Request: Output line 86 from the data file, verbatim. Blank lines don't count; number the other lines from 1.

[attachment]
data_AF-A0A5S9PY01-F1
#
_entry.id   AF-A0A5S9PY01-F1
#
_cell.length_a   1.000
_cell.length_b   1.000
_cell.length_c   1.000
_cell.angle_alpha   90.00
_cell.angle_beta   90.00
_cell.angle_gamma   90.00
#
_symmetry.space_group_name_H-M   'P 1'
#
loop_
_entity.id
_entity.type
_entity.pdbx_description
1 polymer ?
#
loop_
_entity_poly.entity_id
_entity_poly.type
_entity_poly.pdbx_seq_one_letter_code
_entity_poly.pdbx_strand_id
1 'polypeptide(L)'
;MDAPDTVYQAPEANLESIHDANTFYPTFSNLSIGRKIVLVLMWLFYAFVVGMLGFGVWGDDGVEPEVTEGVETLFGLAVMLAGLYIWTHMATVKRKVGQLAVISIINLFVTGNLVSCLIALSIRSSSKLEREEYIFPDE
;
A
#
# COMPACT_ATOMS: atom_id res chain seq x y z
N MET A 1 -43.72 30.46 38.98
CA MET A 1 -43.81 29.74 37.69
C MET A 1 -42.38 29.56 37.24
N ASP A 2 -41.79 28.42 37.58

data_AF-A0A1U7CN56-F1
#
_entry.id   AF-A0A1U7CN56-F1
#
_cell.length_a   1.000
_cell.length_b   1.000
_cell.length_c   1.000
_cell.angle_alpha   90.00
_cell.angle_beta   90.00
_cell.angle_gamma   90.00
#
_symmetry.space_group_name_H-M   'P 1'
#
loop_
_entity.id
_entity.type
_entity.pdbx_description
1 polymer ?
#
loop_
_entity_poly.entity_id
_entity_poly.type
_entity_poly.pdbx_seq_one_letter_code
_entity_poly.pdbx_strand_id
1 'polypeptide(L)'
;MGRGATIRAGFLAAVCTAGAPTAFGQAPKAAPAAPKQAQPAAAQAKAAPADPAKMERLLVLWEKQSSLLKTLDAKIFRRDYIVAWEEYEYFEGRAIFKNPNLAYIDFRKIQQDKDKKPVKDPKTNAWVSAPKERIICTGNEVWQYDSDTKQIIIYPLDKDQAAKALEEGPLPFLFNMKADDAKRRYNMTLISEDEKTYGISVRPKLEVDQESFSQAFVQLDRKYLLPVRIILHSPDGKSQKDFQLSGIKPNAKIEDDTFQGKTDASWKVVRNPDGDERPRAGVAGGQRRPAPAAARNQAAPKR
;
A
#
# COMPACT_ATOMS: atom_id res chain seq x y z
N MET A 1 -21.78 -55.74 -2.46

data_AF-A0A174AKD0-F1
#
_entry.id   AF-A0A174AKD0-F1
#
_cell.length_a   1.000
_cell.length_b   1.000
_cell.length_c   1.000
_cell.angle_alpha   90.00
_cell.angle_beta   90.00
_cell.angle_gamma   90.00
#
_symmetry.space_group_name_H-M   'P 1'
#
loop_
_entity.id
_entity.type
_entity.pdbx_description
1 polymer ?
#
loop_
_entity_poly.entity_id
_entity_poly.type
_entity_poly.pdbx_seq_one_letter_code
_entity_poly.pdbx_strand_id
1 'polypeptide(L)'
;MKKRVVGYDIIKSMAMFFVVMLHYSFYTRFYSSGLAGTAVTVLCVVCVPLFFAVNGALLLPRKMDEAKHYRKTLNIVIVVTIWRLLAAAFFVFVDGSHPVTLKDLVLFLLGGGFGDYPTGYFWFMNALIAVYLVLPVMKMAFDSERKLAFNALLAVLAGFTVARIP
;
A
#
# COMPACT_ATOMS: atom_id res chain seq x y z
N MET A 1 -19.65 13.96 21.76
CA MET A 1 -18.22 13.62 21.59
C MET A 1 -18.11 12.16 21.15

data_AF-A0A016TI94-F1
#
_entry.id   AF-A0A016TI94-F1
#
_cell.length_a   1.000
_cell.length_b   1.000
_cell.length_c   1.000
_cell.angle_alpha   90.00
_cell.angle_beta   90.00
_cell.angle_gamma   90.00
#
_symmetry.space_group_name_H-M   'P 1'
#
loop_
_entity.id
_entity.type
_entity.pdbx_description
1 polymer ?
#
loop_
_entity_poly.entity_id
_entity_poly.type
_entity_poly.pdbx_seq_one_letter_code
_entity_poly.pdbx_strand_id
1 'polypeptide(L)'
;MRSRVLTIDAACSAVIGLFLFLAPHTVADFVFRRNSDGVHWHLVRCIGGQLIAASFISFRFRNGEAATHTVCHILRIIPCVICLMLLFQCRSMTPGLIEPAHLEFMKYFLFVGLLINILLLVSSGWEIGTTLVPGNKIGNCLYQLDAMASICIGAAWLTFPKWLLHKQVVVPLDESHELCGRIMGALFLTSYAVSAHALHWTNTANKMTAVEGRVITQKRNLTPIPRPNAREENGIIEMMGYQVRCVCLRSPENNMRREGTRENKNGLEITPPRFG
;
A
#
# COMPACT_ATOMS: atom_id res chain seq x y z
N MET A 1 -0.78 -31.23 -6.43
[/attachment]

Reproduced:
_entity_poly.entity_id